What do you do?
I work to fight climate change at the boundary between science, policy, and communication. My role can be divided into three main topics.
One aspect of my job involves collecting ideas from people of diverse backgrounds, including scientists, government workers, business owners, and the general public, and turning them into data visualisations for European policymakers to consult when making decisions on climate policies in the EU.
Another aspect of my job is my involvement in a climate service project in Tanzania, Zimbabwe, Ghana, and Uganda that uses machine learning to predict the impact of climate change in these countries so that farmers can protect themselves against damages to their farms. The project aims to strengthen food production and security across Africa and Europe by empowering farmers, particularly women farmers, with climate information so their livelihoods aren't destroyed.
The final aspect of my job is pure science communication. I write news articles, case studies, and reports on the latest climate innovations in Europe. Most of my writing is related to the decarbonisation of Europe, the transition to a circular economy, and projects on using land in Europe more sustainably, i.e. for food production, reforestation, infrastructure, natural resource extraction, etc.
Why did you choose this field?
For as long as I can remember I have been interested in the environment. I grew up in Canada, where nature is pretty much at your doorstep. My introduction to sustainable living started off simply as a rule in my house not to waste anything.
Do not take more than you can eat.
Do not leave anything on that you are not using.
Do not buy what you do not need.
While this rule was not explicitly related to the changing climate, it did give me a sense that everything is limited and you should never take anything for granted.
Studying climate science and ethics in university made it very clear to me that climate change one of the most dangerous and urgent challenges the world faces, and I want to contribute to finding the solution.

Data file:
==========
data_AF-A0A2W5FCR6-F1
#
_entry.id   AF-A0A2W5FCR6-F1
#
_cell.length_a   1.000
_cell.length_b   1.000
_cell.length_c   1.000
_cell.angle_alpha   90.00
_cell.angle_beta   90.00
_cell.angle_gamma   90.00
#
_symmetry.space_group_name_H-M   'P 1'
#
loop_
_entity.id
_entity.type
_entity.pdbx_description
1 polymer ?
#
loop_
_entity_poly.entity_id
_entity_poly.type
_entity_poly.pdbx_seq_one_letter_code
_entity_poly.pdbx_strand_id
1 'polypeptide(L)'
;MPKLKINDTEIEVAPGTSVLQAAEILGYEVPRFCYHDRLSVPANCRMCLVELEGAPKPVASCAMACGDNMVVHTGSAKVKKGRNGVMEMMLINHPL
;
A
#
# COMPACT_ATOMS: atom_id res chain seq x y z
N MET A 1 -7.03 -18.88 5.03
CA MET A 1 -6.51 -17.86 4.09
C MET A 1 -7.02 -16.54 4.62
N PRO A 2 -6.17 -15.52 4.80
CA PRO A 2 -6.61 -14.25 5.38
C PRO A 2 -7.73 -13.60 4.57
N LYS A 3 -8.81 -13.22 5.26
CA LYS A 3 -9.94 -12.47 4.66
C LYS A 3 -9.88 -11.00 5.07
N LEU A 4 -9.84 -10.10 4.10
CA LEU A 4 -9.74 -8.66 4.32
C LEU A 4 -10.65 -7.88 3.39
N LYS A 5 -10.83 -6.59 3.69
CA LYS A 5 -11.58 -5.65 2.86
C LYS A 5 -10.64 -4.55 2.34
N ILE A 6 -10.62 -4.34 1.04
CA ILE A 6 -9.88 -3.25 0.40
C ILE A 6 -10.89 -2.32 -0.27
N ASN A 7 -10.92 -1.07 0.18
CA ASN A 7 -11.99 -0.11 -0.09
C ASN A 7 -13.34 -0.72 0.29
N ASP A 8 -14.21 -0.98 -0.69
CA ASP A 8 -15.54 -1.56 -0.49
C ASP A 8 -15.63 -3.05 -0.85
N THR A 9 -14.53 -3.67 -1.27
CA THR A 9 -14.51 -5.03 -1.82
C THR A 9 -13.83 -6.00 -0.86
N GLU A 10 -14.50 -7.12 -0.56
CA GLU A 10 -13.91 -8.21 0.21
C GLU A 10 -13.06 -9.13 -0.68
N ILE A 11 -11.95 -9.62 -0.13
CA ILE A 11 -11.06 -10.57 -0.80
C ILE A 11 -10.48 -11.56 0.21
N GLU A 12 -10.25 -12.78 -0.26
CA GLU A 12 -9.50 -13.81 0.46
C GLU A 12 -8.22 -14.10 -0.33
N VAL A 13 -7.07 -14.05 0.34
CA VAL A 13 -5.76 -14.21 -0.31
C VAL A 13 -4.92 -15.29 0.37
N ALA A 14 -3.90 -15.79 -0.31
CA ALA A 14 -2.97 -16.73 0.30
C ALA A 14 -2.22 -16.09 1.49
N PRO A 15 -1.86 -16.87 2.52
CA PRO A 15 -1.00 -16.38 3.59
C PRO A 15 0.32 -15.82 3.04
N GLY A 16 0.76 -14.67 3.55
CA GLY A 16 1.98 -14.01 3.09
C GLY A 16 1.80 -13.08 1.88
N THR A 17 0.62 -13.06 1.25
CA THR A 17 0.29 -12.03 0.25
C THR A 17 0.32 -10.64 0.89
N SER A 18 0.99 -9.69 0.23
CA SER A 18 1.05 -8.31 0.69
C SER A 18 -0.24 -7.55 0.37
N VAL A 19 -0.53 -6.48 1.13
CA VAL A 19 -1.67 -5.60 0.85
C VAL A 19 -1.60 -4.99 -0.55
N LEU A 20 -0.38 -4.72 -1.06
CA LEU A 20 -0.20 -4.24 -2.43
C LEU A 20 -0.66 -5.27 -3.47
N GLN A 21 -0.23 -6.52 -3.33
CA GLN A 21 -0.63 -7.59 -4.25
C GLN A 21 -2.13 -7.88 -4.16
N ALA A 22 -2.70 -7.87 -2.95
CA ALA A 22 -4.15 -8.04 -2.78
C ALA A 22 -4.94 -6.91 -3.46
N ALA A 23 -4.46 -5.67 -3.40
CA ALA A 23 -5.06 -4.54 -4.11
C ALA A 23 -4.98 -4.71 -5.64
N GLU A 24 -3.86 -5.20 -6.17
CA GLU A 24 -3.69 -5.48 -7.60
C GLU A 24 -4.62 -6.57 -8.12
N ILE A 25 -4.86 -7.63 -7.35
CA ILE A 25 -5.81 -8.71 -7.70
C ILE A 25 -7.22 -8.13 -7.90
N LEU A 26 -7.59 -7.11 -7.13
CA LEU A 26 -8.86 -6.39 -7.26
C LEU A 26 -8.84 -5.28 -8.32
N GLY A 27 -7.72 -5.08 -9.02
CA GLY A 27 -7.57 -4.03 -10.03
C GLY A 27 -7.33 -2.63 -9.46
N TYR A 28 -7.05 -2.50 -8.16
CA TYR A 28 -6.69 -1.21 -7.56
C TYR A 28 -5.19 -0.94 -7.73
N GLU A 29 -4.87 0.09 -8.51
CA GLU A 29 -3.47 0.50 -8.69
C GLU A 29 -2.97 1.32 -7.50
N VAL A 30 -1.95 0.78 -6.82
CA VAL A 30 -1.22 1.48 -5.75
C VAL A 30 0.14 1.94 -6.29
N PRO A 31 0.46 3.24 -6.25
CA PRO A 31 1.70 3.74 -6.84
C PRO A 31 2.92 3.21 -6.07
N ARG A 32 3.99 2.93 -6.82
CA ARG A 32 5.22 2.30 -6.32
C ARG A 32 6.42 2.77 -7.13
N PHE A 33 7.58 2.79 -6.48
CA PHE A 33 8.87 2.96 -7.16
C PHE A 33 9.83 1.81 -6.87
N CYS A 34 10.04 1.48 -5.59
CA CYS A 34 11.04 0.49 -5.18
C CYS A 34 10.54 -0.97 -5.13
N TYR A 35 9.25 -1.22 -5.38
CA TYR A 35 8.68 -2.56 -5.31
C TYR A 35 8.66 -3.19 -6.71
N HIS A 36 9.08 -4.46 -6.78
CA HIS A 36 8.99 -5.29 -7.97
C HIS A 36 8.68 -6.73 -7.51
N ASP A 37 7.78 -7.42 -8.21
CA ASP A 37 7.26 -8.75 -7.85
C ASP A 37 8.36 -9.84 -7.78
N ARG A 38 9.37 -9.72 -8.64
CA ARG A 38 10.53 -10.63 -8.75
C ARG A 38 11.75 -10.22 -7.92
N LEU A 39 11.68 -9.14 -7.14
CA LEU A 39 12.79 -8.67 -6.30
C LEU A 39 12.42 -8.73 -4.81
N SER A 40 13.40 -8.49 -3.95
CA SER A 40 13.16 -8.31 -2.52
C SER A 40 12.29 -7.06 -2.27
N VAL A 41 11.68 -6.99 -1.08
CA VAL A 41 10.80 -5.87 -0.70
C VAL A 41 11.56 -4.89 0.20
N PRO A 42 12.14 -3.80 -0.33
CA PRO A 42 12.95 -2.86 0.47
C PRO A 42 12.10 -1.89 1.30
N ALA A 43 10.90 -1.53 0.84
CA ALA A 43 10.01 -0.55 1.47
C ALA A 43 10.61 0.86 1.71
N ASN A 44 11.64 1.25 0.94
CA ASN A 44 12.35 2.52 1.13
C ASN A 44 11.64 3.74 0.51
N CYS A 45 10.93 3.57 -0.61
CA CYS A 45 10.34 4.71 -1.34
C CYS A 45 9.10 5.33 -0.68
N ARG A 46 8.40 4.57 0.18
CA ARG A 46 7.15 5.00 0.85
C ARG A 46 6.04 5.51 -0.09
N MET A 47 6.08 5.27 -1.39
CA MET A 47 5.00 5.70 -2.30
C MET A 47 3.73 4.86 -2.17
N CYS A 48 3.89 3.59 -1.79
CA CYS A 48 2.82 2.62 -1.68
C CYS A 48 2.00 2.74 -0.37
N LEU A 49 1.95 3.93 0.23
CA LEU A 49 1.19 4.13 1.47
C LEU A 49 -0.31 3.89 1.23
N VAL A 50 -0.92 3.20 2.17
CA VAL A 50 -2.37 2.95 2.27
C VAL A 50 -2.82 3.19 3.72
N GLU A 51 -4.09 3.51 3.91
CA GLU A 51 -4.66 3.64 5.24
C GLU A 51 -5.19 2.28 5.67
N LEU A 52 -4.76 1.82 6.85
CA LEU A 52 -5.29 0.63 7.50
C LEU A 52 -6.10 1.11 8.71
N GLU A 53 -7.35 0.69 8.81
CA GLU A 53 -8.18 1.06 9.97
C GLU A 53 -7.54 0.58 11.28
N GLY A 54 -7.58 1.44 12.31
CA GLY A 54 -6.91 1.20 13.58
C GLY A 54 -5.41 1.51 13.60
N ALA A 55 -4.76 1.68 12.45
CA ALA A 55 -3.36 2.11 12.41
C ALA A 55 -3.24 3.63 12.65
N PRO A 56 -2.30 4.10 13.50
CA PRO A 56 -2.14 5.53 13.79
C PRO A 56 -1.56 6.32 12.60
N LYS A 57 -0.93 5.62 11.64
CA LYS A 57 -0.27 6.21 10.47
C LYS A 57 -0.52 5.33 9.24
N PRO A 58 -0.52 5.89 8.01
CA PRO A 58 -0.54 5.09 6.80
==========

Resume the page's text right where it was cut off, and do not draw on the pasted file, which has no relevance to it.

What do you look at and think, "I wish younger me would have known this was possible"?
I wish younger me would have known it was possible to present their original ideas to an audience of more than 50 people without having a nervous breakdown. Public speaking was my absolute worst fear, and I was constantly afraid that nobody cared about my ideas because I wasn't an "expert". That is absolutely not true, any new perspective is valuable, particularly if it is coming from a voice not normally heard in the conversation (women, people of colour, etc.). My advice for public speaking: practice presenting silly topics to your friends!
Why do you love working in STEM?
I love that I can learn something from everybody I meet. The STEM world is full of interesting, creative, and intelligent people with ideas about everything you could imagine.
Best advice for next generation?
Find a solid group of supportive people. Being a woman in STEM is not always easy and there will be bad days when you are discouraged. Make sure you always have at least one friend to help pick you up - make you tea, tell you you're great, give you a hug. It really makes a world of difference.
Inspo quote / fun fact / role model
“All you need to do is organize your butterflies.”
― Dorothy Height